Switch to Catalog Makes Good Horse Sense

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Last year's shift from a 16-page magazine insert to a 32-page catalog is paying off for a direct marketer of horse-care products during its busiest time of year.


SmartPak Equine LLC, Pembroke, MA, is on track to more than double the response rate of last year's inserts with volume two of its Complete Horse Care Catalog 2003. Previously, the company placed inserts in a handful of magazines targeting horse owners and people who work with horses, said president/CEO Paal Gisholt. The last insert went out in May 2002.


"The good thing about the inserts was it gave us a way to get the word out to a very broad audience and establish ourselves quickly," he said. "It was a way to get a very big list quickly and establish broad credibility fast. It helped us increase our house file as we moved away from our original model of pure prospecting. But the bad thing is a magazine doesn't present an insert in a way that forces people to take action. It's too easy for people to say, 'What a great idea,' and then just turn the page."


While year-over-year circulation stayed at 500,000, Gisholt expects the higher mailing and production costs will be justified. The per-piece cost rose 50 percent since going to a catalog format in October.


"We hypothesized that even though the cost of distribution would be greater, we would see higher response rates with a catalog," he said.


The current book is using three drops: April 29, May 12 and a third set for this week or next. Most recipients are prospects taken from 15 lists.


"By spending the extra money on postage and name rental for a stand-alone catalog, we believed we would get an elevated response rate," Gisholt said. "So we went for quality rather than just pumping up the circulation."


The average order also is up, which he attributed to additional product categories.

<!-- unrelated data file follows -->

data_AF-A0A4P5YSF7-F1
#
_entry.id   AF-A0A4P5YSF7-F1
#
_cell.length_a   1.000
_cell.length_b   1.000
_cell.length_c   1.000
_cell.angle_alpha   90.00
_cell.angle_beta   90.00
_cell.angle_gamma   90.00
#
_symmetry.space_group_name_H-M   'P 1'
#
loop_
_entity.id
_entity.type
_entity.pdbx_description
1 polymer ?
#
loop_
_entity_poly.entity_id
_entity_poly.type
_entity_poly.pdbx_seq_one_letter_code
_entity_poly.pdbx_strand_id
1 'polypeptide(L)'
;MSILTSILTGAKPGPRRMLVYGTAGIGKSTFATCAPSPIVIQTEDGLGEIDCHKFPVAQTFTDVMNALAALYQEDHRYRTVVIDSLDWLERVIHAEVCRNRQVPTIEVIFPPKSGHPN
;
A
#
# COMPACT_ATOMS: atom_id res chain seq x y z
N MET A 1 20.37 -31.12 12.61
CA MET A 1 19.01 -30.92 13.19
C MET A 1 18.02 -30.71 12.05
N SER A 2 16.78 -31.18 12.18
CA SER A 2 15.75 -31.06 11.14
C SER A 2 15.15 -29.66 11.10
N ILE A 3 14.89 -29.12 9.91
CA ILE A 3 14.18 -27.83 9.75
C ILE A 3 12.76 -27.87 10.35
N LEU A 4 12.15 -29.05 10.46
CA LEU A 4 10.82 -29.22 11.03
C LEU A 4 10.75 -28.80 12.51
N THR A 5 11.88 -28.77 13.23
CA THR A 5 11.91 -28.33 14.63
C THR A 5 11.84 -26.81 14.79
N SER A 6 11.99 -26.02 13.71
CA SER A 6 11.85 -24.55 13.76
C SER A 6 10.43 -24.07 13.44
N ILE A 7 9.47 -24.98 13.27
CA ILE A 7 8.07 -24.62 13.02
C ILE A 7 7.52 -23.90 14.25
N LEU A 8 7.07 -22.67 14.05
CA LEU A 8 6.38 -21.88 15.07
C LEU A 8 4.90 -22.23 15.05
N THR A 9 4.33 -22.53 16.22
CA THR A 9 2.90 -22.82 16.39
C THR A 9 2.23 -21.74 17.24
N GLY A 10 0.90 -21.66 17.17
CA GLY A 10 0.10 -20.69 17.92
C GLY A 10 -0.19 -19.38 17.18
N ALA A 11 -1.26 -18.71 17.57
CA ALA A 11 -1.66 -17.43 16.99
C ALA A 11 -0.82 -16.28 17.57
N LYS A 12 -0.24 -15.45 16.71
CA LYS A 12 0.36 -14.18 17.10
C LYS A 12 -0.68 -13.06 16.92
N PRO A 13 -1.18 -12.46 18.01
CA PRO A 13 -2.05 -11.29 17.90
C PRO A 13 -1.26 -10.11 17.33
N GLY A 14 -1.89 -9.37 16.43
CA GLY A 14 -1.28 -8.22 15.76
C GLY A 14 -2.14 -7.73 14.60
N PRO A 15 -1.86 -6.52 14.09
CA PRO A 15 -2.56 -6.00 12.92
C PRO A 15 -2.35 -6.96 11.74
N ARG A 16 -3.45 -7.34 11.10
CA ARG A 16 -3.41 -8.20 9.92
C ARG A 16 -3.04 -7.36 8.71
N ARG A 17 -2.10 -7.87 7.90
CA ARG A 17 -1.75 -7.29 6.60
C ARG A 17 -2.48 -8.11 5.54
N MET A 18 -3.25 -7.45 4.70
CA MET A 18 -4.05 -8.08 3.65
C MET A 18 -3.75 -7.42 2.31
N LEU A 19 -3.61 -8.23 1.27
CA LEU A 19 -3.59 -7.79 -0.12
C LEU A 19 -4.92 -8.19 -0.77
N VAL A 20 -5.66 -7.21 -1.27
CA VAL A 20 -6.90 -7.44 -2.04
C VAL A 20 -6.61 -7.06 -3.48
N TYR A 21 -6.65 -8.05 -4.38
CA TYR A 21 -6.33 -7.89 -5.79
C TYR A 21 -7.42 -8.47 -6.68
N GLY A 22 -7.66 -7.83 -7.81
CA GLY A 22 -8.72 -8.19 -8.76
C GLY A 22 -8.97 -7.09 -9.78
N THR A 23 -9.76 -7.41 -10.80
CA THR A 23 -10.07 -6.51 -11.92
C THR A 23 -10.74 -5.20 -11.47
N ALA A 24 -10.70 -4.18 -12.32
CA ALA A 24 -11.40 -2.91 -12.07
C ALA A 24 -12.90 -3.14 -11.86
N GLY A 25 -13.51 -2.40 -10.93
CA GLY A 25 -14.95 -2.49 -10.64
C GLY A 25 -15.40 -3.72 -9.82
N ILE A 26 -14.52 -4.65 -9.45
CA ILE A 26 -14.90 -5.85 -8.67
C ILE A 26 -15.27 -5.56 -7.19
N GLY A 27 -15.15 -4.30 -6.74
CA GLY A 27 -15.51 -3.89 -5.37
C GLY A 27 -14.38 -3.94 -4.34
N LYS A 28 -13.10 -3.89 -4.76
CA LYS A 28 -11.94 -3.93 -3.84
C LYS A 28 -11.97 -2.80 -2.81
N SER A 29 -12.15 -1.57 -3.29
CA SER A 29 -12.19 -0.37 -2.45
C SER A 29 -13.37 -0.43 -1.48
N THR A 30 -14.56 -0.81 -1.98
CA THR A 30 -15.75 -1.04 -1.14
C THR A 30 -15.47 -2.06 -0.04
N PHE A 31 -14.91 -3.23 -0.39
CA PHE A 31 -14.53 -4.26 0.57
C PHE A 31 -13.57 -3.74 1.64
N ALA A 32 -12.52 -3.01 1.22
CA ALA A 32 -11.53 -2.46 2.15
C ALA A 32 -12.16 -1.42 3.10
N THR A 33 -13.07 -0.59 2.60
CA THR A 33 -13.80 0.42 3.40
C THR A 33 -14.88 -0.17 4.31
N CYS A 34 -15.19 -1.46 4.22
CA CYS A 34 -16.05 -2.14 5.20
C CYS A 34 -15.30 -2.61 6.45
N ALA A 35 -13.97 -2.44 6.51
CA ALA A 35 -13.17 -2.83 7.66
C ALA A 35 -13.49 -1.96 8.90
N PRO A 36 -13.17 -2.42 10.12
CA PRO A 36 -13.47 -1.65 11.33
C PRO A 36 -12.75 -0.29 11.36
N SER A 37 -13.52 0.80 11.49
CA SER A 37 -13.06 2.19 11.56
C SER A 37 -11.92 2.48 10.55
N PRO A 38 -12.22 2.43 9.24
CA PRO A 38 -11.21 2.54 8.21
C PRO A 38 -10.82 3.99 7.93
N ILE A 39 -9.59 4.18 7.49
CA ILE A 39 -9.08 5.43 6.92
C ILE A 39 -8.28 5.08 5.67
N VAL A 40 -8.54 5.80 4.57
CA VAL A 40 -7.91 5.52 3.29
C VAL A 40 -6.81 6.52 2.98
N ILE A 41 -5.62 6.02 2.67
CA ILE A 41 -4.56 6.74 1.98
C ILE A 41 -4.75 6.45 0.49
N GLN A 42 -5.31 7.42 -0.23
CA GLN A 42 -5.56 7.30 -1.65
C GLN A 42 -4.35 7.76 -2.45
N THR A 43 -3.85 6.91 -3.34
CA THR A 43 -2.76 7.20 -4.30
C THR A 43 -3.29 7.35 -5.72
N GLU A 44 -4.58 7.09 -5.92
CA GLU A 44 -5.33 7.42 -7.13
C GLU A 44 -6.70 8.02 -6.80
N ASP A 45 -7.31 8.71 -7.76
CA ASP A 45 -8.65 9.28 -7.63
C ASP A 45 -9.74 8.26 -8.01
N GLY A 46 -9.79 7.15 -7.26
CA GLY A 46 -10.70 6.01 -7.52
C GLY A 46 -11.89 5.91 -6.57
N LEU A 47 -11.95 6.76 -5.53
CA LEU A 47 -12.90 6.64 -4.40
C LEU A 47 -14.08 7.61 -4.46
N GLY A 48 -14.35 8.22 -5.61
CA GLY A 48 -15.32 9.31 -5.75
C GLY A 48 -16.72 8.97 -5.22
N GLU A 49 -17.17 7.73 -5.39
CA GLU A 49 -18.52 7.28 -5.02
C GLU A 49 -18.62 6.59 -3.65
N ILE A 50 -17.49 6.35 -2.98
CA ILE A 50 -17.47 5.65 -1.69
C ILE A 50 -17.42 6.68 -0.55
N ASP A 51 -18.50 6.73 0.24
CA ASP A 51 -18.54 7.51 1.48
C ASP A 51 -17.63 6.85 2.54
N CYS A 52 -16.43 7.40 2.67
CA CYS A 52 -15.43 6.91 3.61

"The insert last year allowed us to test whether if, in addition to purchasing supplements, they would also want to buy other healthcare items from us," he said.


Along with dog and cat supplements, new categories include pharmaceuticals, fly masks/sheets, boots/wraps, training/conditioning aids, rider gear, gloves, help around the barn as well as Ariat brand boots, shoes and chaps.


The target audience is 80 percent female and includes horse owners and barn managers concentrated in Florida and California.


Supplements are found in the front of the book. An insect-control section includes a $1,295 Mosquito Magnet Pro described as the "best pick for stables or large yards."


The next catalog will be printed in July, followed by a fall book. Each will have a circulation of 500,000.


The company, founded in late 1999 as a dot-com startup, receives more than half its orders via SmartPakEquine.com, with orders faxed and mailed in accounting for only "low single digits." Its toll-free number generates the rest.


"We, like so many people who are using the Internet as an order-taking and communications tool, tried to use it as our main sales and marketing tool and were not successful," Gisholt said. "After using the inserts, we went to full-blown catalogs, and what we've found is catalogs do a much better job at eliciting response. A Web site is a tremendous tool for complex order entry and customization, but not as a standalone sales and marketing vehicle."


The main point of differentiation, he said, is the company's use of SmartPaks in which it custom packs a horse's regimen.


"It's like what Dell does with computers -- build to suit," he said. "We do it with $50 worth of supplements versus a $1,200 computer. We're using a direct mail model to support a mass customization business."


Catalog recipients learn on the inside front cover that prices for supplements are for a 28-day supply "at the maintenance dosage." First orders are shipped within one business day, and subsequent SmartPaks can be sent automatically every 28 days.


"We're trying to change customer behavior," Gisholt said. "People traditionally bought these items from catalogs or tack stores in buckets. The traditional way it's fed is in a feed room that has, maybe, 50 buckets with different supplies, and the buckets are labeled with the horse's name and the supplements they have to be on. Some poor soul each day must feed them to 20 or 30 horses in a barn, and they have to measure and scoop. There's a lot of opportunity for error."


Instead, SmartPaks operates it like a book-of-the-month club.


"We put them on automatic replenishment," he said. "All a barn manager has to do is pull out the customized SmartPak, peel it open and drop it in the grain."


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